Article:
Shelter WA highlights benefits of energy efficient social housing in Western Australia


Western Australian non-profit housing advocacy organisation Shelter WA has called on the Western Australian government to upgrade social housing with energy efficiency measures. The proposed “Healthy Homes” retrofit package encompasses a rollout of ceiling fans, fly-screens, curtains, insulation, draught sealing, reverse cycle air conditioners, efficient electric hot water systems and solar panels.

Shelter WA argues that social housing renters could save as much as $50 million off the energy bills of social housing renters every year by making homes more energy efficient. The housing advocacy organisation says a previous analysis commissioned by ACOSS shows the energy efficiency retrofitting of social housing could save tenants between about $780 and $1,500 per year on energy bills.

Shelter WA chief executive Kath Snell said, “From Kununurra to Karratha, Carnarvon to Kalgoorlie, and even in the urban heat islands of Perth’s metropolitan areas, many social housing tenants are sweltering through extreme heats with no air conditioners or ceiling fans and struggling to afford to pay the power bills that they have racked up from using inefficient cooling systems.”

Other independent studies show that energy efficiency in social housing significantly alleviates hospitalization and healthcare costs. Rising heatwaves particularly affect low-income households and vulnerable groups.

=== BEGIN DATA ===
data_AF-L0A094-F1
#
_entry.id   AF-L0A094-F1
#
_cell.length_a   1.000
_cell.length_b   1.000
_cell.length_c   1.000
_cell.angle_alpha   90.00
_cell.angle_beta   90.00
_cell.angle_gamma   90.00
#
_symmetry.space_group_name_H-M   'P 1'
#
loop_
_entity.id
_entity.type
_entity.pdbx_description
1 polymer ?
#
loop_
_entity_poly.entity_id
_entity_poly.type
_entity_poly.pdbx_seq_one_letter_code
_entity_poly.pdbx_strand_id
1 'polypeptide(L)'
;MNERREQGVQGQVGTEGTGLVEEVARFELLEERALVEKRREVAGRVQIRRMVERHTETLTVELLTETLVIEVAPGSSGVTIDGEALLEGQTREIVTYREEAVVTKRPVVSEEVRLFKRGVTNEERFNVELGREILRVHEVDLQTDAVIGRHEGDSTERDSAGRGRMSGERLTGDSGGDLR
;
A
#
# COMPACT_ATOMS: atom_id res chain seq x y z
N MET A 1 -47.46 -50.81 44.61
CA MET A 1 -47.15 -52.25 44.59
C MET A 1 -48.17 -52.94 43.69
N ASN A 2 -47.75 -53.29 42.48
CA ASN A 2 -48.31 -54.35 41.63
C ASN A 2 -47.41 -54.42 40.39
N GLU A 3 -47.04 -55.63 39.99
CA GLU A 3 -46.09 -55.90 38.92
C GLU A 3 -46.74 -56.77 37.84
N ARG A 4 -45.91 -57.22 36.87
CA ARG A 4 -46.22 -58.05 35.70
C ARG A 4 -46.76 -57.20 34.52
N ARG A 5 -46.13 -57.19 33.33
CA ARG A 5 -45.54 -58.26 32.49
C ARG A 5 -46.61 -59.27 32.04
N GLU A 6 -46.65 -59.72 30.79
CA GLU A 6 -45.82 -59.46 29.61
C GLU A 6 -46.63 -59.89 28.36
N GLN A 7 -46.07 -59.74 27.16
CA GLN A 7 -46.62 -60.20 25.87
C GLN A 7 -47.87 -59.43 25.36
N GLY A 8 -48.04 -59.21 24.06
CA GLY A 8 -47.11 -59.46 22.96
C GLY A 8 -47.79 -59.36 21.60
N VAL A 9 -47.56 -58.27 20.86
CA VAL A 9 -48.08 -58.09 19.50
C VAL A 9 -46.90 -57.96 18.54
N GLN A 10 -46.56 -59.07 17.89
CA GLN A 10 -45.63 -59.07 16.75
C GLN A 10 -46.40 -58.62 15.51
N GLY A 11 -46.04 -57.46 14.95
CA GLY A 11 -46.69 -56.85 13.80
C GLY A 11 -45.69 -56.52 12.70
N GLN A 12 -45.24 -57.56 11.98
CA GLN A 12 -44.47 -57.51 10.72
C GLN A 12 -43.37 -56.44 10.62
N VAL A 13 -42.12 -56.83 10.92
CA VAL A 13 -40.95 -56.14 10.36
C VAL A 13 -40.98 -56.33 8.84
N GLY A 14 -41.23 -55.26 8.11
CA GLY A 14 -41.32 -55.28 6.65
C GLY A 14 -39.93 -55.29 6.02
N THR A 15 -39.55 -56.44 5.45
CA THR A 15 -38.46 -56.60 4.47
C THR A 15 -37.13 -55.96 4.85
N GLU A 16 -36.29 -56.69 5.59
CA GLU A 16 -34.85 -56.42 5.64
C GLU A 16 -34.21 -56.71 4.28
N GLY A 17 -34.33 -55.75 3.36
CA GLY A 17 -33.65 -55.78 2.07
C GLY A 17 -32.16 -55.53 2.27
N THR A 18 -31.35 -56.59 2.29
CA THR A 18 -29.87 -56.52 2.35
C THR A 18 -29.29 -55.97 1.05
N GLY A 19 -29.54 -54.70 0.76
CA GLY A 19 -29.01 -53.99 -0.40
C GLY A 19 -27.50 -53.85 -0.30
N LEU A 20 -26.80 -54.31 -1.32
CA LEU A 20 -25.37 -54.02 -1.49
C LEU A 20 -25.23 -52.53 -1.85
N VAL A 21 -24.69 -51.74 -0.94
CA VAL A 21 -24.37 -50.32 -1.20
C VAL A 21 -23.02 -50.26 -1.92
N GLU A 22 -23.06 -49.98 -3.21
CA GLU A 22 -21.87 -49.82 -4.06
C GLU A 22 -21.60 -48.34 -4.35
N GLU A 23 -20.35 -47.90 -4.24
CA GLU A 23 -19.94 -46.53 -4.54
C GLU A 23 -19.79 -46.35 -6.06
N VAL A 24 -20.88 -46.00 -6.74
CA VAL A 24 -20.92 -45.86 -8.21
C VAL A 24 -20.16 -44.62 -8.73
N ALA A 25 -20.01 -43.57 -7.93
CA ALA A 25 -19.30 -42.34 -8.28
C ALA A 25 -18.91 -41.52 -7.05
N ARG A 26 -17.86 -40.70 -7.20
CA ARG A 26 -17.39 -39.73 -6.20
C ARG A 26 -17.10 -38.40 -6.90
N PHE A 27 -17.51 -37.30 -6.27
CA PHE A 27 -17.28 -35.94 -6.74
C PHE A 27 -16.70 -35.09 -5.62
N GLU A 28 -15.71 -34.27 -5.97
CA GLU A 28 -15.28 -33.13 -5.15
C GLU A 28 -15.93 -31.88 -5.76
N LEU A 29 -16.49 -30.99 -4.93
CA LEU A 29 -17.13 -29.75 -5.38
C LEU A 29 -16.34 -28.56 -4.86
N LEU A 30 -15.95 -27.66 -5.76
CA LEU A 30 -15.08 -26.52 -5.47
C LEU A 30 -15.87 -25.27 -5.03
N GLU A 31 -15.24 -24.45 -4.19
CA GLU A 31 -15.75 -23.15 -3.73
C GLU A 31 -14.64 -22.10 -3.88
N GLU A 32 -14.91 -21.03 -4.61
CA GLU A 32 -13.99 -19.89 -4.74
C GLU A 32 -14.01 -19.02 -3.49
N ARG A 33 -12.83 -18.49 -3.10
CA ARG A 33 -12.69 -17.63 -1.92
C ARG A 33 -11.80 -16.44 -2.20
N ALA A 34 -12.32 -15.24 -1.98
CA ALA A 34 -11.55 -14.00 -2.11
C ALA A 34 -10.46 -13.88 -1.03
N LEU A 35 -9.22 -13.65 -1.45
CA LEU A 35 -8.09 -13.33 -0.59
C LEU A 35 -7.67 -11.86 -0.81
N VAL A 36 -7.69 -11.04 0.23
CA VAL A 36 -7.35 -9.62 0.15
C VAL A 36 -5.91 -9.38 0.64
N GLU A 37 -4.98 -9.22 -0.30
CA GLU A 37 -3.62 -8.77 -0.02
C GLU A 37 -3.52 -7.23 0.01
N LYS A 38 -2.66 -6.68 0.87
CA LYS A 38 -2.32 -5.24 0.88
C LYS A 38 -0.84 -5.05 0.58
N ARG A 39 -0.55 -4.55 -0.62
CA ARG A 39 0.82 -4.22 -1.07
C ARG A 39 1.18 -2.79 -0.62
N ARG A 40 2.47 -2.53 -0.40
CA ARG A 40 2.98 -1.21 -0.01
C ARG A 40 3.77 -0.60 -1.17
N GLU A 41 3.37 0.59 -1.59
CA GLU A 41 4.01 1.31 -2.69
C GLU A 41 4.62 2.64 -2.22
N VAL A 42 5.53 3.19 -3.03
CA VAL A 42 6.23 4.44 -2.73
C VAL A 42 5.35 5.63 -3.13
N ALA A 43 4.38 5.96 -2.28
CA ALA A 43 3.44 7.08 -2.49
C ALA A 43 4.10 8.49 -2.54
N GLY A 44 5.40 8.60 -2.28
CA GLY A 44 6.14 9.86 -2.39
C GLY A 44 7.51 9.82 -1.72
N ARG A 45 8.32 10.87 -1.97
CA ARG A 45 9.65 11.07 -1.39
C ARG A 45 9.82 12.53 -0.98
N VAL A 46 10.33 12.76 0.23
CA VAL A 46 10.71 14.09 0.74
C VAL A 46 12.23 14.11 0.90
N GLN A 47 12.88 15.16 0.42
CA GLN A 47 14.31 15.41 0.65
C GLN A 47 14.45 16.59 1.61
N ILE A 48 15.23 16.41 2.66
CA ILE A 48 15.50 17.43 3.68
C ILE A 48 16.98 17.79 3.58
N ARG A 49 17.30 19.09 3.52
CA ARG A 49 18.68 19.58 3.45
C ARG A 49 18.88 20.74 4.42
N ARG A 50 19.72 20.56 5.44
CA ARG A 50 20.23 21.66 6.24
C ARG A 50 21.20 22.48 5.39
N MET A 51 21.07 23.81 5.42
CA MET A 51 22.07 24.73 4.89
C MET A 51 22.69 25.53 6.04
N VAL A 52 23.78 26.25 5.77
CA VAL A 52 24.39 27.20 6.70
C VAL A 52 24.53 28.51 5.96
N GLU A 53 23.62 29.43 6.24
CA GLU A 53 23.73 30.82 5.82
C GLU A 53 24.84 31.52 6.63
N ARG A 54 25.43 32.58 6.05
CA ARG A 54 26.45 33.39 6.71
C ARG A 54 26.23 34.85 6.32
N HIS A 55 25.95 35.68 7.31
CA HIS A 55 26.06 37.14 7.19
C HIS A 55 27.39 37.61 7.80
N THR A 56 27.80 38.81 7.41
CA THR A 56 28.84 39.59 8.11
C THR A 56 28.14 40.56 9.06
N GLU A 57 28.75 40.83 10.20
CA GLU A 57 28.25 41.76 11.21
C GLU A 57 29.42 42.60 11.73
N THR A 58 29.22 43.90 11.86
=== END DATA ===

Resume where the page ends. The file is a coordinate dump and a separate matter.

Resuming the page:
A study published in the Australian National Library of Medicine in 2022 indicates such measures would affect not only those in need of social housing but the economy at large. Heatwaves have been conclusively linked to increased levels of health service demand in Australia. The study reviewed health service demand during Australian heatwaves for hospital admissions, emergency department presentations, ambulance call-outs, and risk of mortality. Heatwaves were shown to kill more people than any other natural hazard.

In Victoria, the Department of Health found that not only are heatwaves becoming hotter, longer and more frequent (Bureau of Meteorology, 2018), but that this disproportionately affects people with existing chronic health conditions, low-income households and people who are socially isolated among others (Department of Health and Human Services 2018a). These conditions are costly to the healthcare system and can be alleviated with adequate energy efficiency in social housing.

Snell points out, “In the midst of a cost-of-living crisis, the government would get a better return on investment and create a greater legacy if it delivers budget measures that reduce expensive energy bills permanently, more so than through one-off rebates.” She highlights that the Cook Government could build on previous initiatives, including the Smart Energy for Social Housing pilot and the installation of water-wise fixtures in public housing.

The housing advocacy organisation has concrete targets. According to Shelter WA, a statewide “Healthy Homes” energy efficiency retrofit of all social housing in Western Australia would cost $152 million over three years for the first 10,000 public housing properties. Beyond this short term, another $486.4 million would finance the energy efficiency retrofitting of the remaining 32,000 public and community housing dwellings by 2030.

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